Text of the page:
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A few months back, I started making music again. Back in my late teens, I played in a couple of bands, which had both fizzled out around the time I started university. Having recently moved to a new city (Melbourne), I’ve found myself with more time on my hands and way fewer distractions than I had back home in London. This has been pretty awesome in terms of getting a load of creative stuff done and I finally got round to recording some of the songs I’d been half-assedly tinkering with over the past few years.
It feels great to finally have got that stuff out there instead of just storing songs in my head until I’d inevitably lose interest and forget them all a couple of years later. A friend has even offered me a gig and I’m pretty excited about getting back on the horse and playing live again, one small blip aside.
Having moved over to Australia with minimal luggage, I’m short of a fair bit of musical equipment and the thought of recouping it all through going to music stores and sounding people out online brings me out in a cold sweat.
I haven’t set foot in a music shop in a good six years but my abiding memory is that they are The Most Intimidating Places In The World, Ever™. I’m recoiling in horror at the thought of some dude who knows waaay too much about guitars shooting me down with a withering stare as soon as I open my mouth and reveal my embarrassing lack of technical knowledge.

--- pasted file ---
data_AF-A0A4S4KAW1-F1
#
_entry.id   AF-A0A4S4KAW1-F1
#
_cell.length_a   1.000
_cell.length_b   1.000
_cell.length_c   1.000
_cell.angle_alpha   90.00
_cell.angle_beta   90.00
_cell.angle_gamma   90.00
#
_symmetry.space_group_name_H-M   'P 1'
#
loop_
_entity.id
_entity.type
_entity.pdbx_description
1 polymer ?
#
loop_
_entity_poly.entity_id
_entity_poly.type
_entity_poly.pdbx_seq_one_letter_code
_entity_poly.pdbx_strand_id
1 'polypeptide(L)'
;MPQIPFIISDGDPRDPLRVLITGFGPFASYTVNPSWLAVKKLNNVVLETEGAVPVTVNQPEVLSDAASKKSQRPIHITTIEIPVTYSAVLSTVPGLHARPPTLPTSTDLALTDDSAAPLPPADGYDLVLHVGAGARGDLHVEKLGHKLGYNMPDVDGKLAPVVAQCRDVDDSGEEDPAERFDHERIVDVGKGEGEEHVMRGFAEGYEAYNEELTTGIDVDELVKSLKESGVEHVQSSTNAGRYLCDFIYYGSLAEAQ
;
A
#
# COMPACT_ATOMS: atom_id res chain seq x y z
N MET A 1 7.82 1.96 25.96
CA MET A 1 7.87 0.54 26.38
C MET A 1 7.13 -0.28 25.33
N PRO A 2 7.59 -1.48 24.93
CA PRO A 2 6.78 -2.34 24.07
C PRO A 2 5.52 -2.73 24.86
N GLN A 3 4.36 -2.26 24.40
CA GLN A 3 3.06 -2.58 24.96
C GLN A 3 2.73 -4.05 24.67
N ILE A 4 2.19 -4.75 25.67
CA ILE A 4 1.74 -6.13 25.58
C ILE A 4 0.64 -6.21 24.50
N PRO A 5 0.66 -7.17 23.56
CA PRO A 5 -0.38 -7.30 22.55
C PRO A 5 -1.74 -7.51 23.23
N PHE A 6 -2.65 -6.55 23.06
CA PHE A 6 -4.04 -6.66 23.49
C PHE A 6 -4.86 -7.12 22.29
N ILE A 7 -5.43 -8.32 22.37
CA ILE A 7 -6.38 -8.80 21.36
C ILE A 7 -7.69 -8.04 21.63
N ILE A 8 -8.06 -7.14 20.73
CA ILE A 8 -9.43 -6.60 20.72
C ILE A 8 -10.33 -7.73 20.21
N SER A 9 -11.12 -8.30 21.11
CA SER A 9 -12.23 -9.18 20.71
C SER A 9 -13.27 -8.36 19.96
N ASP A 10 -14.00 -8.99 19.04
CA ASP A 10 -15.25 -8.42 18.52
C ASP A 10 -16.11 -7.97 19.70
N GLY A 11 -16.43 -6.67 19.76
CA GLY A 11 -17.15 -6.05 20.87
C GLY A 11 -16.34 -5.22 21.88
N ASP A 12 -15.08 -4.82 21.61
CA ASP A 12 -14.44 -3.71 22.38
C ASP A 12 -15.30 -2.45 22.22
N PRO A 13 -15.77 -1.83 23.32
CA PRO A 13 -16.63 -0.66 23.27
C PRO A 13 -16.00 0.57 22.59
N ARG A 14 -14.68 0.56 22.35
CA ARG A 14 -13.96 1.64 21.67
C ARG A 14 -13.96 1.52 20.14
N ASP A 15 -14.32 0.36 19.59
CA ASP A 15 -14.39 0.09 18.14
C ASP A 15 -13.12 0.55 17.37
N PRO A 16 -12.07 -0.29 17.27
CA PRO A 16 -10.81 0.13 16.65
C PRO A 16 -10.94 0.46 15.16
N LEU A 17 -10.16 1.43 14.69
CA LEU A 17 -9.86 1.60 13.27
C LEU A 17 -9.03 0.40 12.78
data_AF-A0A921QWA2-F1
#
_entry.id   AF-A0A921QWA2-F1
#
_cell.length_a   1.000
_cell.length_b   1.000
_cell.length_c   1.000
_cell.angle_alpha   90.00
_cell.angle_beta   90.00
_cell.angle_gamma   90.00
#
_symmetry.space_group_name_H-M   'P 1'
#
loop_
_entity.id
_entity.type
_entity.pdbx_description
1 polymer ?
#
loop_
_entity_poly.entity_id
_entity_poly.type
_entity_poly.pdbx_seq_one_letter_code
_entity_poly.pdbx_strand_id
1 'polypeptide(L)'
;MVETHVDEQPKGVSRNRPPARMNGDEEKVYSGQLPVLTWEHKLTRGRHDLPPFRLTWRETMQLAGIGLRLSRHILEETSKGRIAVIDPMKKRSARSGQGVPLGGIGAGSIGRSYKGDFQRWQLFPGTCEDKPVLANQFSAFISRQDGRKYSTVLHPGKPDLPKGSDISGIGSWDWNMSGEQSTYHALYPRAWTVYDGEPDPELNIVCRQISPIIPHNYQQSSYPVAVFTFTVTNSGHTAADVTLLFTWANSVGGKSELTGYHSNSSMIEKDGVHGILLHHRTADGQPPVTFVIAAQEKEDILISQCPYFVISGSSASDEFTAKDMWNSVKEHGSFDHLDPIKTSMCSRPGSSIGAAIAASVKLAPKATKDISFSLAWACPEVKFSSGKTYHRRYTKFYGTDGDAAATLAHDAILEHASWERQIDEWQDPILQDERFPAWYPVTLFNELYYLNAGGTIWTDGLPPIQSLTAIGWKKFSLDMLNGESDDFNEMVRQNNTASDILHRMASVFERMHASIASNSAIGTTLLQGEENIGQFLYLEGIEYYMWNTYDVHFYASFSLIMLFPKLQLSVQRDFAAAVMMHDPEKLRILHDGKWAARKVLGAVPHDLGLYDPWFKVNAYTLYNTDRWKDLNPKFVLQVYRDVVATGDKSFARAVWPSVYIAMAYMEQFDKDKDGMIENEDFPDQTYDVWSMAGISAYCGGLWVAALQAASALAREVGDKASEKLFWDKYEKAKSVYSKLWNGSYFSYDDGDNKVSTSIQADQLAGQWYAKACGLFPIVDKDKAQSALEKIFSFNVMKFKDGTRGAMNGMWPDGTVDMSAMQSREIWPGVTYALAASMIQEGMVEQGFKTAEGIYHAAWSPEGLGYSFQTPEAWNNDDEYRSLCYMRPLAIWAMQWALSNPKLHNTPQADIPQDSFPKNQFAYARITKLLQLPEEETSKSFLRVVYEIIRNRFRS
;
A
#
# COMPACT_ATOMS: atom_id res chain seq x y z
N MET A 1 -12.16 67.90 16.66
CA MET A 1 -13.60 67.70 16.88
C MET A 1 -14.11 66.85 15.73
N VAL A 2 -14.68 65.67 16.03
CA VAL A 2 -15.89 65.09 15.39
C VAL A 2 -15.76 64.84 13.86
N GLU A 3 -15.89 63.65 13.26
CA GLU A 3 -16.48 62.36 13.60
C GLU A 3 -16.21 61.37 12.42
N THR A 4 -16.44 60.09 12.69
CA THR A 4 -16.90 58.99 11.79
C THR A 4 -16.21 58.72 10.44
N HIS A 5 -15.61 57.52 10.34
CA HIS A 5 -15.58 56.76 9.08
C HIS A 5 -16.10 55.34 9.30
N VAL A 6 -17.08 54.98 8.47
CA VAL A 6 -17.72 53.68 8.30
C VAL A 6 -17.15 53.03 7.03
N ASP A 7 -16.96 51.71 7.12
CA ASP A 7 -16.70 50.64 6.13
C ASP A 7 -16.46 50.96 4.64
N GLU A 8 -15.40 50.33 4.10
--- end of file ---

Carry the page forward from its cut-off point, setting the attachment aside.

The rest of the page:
Back in London, I’d been playing a guitar with a missing string for the past two years, just because I couldn’t be bothered to put myself through the inevitable sneering when I visited a music shop to pick up a replacement.
I know this can’t be true for all music stores and there are probably heaps of welcoming, friendly places out there with kind and patient staff. I just haven’t ever had the fortune to visit any of them.
In my experience, music shops are almost always exclusively masculine environments staffed by embittered know-it-alls who treat is as a personal insult that you don’t really know very much at all about the instrument you’re attempting to play. It doesn’t help that all guitar shops also come complete with a customer or staff member totally showing off by playing something really, really hard at breakneck speed.
I taught myself to play guitar when I was 14 and took the whole thing pretty seriously. Buoyed by discovering Riot Grrrl, I’d asked my parents for an electric guitar for Christmas. They said no, thinking fairly understandably that it was a passing fad and, anyway, we had a perfectly good acoustic guitar. Why couldn’t I just play that?
In response, I put myself on a strict practicing schedule to prove them wrong. I’d gone to the music section of a local department store and picked up a dorky "Teach Yourself Guitar" book with a picture of a smiling middle-aged couple in matching polo shirts, holding a guitar on the cover. The (female) cashier totally rolled her eyes and smirked at me, but whatever.
I played for at least 20 minutes every evening and by the time a year had passed, I wasn’t half bad. I’d ignored all the complicated stuff in the book, like fingerpicking, but I was only interested in playing loud, angry punk songs anyway. Passion was more important than technique, right?